A few days ago, news broke that a conman had sold thousands of fake day old chicks to unsuspecting customers in Bulawayo. Despite excessive eating, the chicks do not grow, weighing only 80 grams at four weeks, instead of 1.5 KG. In addition, the chicks display very aggressive behaviour. They fight each other often. These are all characteristics of abnormal chicks. Infact, the incident in Bulawayo and elsewhere has led to growing calls being made for farmers to be wary of where they purchase their products. Let us explore this further.
Source of fake chicks
While the police are still investigating where the fake chicks came from, all indications are that these may be male counterparts of layer chicks. The egg business does not have any use for male chicks. This is because they do not produce eggs and their body structure is not suitable for meat production. From the onset, they are not vaccinated as do the female chicks. As a result they have poor health, are prone to diseases and are characterised by a huge appetite. In some cases, they are disposed of by crushing and mixing with grains to make stock feed or they are raised to feed crocodiles. Sometimes they are just killed and disposed of. Due to the above, conmen then buy these chicks for next to nothing and then sell them as if they are proper day old chicks.
Declining supply versus increasing demand
Zimbabwe has been experiencing a decline in the supply of day old chicks partly due to the economic environment which has limited local capacity to produce more. According to a June 2018 update from the Livestock and Meat Advisory Council (LMAC), production of hatching eggs declined from 7.4 million in December 2017 to 5.5 million in March 2018. On the other hand, hatching egg imports increased from 1.35 million in November 2017 to 5 million in March 2018. This has also been attributed to the outbreak of the avian influenza in May 2017. Furthermore, the national stock of broiler breeders declined from 660 000 birds in April to 490 000 birds in June and further declined to 470 000 in December 2017. Irvine’s Zimbabwe, which is the biggest player in the chicken business is also relying heavily on egg imports.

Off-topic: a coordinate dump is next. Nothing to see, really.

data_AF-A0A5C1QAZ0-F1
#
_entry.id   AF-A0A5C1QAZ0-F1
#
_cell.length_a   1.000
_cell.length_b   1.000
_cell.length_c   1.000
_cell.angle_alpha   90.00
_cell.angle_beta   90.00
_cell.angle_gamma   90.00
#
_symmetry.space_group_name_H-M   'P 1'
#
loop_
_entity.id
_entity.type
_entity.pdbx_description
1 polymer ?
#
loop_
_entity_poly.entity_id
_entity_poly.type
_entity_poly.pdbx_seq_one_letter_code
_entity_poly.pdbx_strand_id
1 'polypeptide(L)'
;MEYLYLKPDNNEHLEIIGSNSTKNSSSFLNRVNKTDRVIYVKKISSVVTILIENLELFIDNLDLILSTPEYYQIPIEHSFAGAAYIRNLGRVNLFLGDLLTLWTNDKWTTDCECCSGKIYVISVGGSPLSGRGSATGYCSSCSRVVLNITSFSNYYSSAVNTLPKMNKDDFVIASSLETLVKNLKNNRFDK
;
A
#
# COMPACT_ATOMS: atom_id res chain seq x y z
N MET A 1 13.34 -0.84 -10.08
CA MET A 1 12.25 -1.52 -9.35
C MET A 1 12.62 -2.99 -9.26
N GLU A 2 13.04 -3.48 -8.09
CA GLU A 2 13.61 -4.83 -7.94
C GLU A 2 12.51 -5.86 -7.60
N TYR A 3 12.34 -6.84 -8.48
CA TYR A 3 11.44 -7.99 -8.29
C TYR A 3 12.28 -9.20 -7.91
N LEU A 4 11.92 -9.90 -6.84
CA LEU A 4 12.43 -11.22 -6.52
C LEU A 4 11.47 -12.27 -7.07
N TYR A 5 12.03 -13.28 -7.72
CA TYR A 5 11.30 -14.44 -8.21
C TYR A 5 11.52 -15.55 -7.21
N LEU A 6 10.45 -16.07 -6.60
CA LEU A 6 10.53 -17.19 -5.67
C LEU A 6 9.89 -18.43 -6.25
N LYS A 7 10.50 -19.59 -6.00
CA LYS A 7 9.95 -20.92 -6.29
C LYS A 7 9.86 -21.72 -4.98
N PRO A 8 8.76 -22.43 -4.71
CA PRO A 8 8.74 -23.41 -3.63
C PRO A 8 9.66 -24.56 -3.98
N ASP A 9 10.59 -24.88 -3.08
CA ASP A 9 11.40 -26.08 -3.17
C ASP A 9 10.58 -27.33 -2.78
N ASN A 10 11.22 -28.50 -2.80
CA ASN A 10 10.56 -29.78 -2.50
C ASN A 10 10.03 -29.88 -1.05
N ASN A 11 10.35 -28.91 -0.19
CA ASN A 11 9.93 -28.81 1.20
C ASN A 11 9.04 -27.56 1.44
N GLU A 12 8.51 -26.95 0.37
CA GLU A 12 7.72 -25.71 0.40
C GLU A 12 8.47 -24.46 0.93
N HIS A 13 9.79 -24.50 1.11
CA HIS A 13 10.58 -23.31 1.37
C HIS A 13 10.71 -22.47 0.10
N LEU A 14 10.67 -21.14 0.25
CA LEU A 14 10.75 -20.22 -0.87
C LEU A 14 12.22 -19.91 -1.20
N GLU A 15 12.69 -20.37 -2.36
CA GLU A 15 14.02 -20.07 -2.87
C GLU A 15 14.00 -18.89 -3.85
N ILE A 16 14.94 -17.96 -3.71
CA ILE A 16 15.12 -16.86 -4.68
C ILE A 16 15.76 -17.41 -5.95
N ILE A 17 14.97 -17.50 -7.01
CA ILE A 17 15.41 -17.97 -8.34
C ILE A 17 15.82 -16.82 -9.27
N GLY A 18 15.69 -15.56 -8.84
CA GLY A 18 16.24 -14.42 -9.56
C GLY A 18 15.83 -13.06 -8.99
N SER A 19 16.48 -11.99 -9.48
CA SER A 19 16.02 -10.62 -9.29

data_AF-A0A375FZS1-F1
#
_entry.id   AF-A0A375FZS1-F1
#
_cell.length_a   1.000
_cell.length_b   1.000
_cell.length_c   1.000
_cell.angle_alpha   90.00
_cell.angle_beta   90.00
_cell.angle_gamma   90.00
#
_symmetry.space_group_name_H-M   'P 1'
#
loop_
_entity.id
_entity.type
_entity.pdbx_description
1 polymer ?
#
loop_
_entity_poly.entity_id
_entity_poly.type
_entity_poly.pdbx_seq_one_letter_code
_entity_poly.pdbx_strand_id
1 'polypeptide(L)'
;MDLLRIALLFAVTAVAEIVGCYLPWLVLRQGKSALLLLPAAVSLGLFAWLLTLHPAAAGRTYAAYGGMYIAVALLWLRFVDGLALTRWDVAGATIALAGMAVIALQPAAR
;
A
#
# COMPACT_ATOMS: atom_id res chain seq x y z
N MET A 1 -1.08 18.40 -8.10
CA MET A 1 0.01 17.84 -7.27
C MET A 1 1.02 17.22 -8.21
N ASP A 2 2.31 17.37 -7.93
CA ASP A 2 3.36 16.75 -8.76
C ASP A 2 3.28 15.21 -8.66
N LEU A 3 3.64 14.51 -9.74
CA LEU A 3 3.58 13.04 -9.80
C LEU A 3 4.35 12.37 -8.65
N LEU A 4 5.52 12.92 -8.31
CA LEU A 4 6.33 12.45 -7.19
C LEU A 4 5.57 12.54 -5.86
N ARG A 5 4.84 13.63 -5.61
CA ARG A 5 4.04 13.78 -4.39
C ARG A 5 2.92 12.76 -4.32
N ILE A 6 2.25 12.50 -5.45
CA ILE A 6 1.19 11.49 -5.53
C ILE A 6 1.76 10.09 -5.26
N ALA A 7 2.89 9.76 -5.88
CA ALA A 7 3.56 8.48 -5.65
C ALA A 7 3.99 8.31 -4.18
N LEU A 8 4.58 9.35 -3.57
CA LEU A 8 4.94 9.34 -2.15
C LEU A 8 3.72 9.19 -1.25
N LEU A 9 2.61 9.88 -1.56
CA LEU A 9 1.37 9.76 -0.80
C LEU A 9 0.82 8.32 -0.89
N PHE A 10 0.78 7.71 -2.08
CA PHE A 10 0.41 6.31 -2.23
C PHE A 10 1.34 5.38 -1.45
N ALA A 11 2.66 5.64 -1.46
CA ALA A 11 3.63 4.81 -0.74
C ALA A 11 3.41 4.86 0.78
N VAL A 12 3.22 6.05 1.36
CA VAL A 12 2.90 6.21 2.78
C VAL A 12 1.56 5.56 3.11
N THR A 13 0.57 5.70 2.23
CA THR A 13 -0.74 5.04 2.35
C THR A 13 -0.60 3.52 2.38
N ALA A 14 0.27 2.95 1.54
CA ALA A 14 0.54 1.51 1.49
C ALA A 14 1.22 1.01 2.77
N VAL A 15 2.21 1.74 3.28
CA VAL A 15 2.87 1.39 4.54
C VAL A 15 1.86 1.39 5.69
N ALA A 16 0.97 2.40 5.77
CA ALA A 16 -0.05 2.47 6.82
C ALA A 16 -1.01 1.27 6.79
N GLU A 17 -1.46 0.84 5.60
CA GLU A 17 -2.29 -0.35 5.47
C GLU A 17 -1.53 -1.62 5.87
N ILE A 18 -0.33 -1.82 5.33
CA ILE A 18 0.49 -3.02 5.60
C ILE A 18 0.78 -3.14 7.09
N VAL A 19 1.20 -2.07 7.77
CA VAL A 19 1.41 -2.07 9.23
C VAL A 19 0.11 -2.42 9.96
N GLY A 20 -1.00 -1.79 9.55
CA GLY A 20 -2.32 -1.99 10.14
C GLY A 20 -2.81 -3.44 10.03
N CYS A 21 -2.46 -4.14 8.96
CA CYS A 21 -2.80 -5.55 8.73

On the demand side, many customers have been left disappointed as day old chicks are not enough. In major towns, queues can be noted as early as 3am at day old chick distribution centres. Unfortunately not all customers get the chicks because the supply is just not adequate. The prices have also gone up as well. A batch of 100 day old chicks was costing $110 around August this year and it has gone up to $230. A 50kg bag of feed which used to cost $30 now costs around $60. This obviously creates room for conmen to take advantage of the situation. They sell their chicks and feed at a price a which is lower than what is prevailing on the market and farmers will be enticed to buy.
Where to purchase proper chicks
Farmers are strongly advised to always buy day old chicks, feed and vaccines from reputable suppliers like Irvine’s, Windmill, Profeeds and Novatek. Even those doing home mixing of feed must follow specific instructions from reputable manufacturers. These are suppliers whose products are reliable since they go through rigorous quality tests before being certified and released onto the market. In any case, if a farmer experiences problems with any of the products, they can always contact the supplier. Irvine’s produce Chicken Talk, a magazine to support farmers and the general public with tips on how to run a successful chicken business among other technical support services. This is something that those who buy their chicks from the street corner will not enjoy.
At its peak, the poultry industry can earn the country a lot of foreign currency through exports. It is also capable of creating steady incomes and employment for many families which practise back yard chicken businesses. All stakeholders therefore need to contribute positively in fighting against unscrupulous suppliers. It is not only the duty of law enforcement agencies.